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Where to Find Models to Shoot and How to Approach Them | Fstoppers

One of the most popular and sought after genres of photography is taking portraits of both male and female models. Getting started can be quite an uphill battle at times. So how do you really get started?

Where to Find Models

You want to start shooting portraits of models? Great! But where do you find them and how do you get them to shoot with you? This article is intended for those starting their journey in this genre. Here are a few options to find subjects to shoot with:

Your Friends

Most likely, you’ll start by asking your friends if they would be interested in shooting with you, or if you’re lucky, you’ll have a friend who models. I’d actually recommend starting by just shooting friends; you’ll likely be more comfortable shooting with them and it will help you become more comfortable with a subject in front of you. It’s great practice, so that way you won’t make as many rookie mistakes in front of a professional model.

Model Mayhem

I know, I know. I can already hear half of the crowd grunting as I write this. The fact is Model Mayhem is a resource where photographers can meet and collaborate with models, makeup artists, and stylists. There you can create a profile where you select what genres you’re looking to shoot, showcase your portfolio and interact with other creatives. I personally have had some success when I was just starting out. I’ve heard both sides of the spectrum where there are some who swear by it, and others who haven’t had much luck on this platform. Needless to say it is worth a shot for you to at least try the website out.

Facebook and Facebook Groups

This option is where I found the most of my initial success collaborating with models. You can also throw in Instagram into this discussion. If you live near a metropolitan area, chances are there is a Facebook group that is set up for photographers and models near you. Simply search [Your City] Models and Photographers and there you will find dozens of models and photographers in your region. I’d suggest making a quick post stating that you’re interested in collaborating with models and even photographers.

Word of Mouth

After trying at least one of these options, chances are that you will land a photoshoot or two. From that point, as you have successful shoots with friends or models that you’ve shot with, word of mouth will get around and from that point opportunities should arise for you. Do not underestimate tagging on social media; it’s a powerful way to get more eyeballs on your photos and expose your name. As you can tell, networking is crucial and the more people you meet, the more likely people will shoot with you.

How to Approach Them

OK, that’s all great, but how do you approach models? How do you increase your odds of them shooting with you?

Usually when you ask to collaborate or “test” with a model, the first question they will ask you is, “Do you have a portfolio I can look at?” This is where you can find yourself stuck if you have no set portfolio when starting out. Using these tips will help you land a photoshoot.


It really goes without saying that you should be professional right from the get-go. Since I’ve been told horror stories from models, this deserves to be at least mentioned. Be professional during every aspect of your shoot from prep to photo delivery. If you’re not professional, you will not make it too far.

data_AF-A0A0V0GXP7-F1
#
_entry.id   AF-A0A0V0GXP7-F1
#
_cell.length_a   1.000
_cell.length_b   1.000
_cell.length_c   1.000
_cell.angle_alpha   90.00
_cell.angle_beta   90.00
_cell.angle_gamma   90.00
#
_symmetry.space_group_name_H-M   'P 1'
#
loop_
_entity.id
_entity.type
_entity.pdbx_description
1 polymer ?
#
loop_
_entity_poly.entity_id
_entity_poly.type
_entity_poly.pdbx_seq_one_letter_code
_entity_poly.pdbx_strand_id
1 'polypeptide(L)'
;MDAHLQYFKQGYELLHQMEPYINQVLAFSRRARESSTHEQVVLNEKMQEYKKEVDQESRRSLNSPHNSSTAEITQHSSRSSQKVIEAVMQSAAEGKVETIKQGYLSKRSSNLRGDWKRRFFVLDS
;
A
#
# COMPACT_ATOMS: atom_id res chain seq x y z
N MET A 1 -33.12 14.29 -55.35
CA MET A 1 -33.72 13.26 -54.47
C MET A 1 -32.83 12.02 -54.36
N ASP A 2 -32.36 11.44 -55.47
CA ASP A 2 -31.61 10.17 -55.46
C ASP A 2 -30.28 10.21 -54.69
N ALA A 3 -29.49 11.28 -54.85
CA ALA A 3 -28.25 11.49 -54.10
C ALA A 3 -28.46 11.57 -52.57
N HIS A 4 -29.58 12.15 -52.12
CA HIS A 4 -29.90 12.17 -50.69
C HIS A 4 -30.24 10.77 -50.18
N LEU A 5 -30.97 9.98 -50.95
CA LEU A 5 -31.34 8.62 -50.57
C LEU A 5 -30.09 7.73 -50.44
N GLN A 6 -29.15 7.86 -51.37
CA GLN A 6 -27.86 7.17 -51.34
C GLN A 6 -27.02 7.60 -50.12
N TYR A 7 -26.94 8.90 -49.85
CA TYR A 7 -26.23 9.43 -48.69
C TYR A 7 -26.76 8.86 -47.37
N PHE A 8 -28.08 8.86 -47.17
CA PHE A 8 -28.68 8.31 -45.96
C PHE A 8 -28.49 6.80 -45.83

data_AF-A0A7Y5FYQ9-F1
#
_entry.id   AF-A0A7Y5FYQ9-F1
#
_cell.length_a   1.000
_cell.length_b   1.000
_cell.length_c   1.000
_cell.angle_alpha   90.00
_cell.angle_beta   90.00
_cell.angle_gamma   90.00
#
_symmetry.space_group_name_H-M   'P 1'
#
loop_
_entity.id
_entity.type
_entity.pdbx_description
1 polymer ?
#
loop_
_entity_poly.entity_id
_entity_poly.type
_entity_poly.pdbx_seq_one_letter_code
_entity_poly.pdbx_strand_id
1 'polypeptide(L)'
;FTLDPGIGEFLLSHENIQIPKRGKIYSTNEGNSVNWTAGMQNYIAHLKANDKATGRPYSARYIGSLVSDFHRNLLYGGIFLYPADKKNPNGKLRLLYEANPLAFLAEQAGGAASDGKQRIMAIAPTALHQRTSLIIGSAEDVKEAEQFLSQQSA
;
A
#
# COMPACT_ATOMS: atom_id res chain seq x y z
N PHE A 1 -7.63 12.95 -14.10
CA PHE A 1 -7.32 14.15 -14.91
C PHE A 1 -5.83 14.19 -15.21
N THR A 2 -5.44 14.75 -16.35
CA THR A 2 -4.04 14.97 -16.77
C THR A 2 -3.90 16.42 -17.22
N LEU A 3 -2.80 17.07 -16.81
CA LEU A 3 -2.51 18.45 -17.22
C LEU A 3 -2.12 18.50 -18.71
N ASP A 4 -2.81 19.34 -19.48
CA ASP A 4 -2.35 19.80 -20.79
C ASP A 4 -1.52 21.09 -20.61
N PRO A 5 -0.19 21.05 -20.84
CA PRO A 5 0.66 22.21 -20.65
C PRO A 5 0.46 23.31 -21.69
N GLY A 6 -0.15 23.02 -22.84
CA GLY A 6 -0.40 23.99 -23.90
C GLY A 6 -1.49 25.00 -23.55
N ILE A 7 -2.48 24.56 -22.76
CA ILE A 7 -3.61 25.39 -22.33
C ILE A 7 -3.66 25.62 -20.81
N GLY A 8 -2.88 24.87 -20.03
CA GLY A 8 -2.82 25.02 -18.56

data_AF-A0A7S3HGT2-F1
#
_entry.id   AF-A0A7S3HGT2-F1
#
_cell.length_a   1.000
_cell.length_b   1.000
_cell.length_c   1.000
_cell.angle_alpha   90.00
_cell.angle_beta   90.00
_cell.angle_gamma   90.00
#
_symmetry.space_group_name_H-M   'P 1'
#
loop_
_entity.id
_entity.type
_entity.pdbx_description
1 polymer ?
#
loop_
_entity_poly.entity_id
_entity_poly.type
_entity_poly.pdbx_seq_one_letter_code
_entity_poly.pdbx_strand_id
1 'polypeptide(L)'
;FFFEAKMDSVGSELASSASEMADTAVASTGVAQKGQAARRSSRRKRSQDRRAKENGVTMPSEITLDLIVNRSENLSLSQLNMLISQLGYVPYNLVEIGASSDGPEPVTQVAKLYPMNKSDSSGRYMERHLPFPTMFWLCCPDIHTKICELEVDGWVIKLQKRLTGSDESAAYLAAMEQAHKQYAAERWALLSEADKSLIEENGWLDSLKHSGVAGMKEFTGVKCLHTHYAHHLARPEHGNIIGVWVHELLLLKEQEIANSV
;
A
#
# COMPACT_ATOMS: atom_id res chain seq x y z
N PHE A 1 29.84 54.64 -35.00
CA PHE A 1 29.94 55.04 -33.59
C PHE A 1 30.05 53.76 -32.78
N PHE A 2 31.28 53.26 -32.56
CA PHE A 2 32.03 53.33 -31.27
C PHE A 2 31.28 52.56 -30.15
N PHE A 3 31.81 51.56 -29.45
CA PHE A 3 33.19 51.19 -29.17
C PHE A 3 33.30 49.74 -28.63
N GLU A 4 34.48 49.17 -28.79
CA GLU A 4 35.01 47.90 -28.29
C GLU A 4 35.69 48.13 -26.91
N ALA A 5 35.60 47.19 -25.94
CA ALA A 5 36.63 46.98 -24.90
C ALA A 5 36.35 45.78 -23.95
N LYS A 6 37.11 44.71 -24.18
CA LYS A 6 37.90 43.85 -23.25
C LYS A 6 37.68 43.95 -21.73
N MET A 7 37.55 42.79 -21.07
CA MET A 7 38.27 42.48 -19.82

Have A Plan

Simply saying “hey let’s shoot” or some other passive aggressive inquiry will not help your chances. When reaching out to them, make sure to let them know who you are, where you’re from, compliment their work, what you’re looking to shoot, concept ideas, and so on. Treat it like you’re looking for a job, be prepared and have a plan in place.

Mood Board

Building mood boards is where you’ll begin to stand out from the amateur photographer crowd. A board that includes the model, location, styling, and the concept will make a great impression and help your chances. I usually use Google Images or 500px to find my inspiration images. After I cull images together, I go into Photoshop and create an 8.5-inch by 11-inch collage of images that inspire the shooting concept. Sending this to a model shows that you gave the shoot thought, preparation, and perhaps even selected that model for that specific concept. It is also a great tool for preparation and communication, everyone will be on the same page and more likely capture exactly what the team has in mind.

Makeup Artist

When shooting with a professional model, working with a makeup artist is almost a must. Some models have candidly told me that whenever a photographer reaches out to them for a TFP or “test” shoot, having a makeup artist at the shoot is a deal maker or a deal breaker. They may not exactly need a makeup artist if their good at their own makeup, but it shows that you’re more legitimate and professional when assembling a team. A makeup artist is a portrait photographer’s best friend, so be prepared to work with them on a regular basis.

Hiring the Model

Don’t be surprised if a model messages back with his/her rate. I’d recommend hiring one if you aren’t having any luck finding a model to test with; especially if you don’t have a portfolio or someone willing to take a chance on you. Hiring a professional model may work in your favor, they are experienced professionals and used to emoting in front a camera.

If you’re interested in pursuing portraiture, the key is having human beings in front of your camera. So by any means possible, shoot as many people as you can when you start out. Once you get that one successful shoot out of the way it becomes easier. Using some of these tips will help you become successful in your journey.

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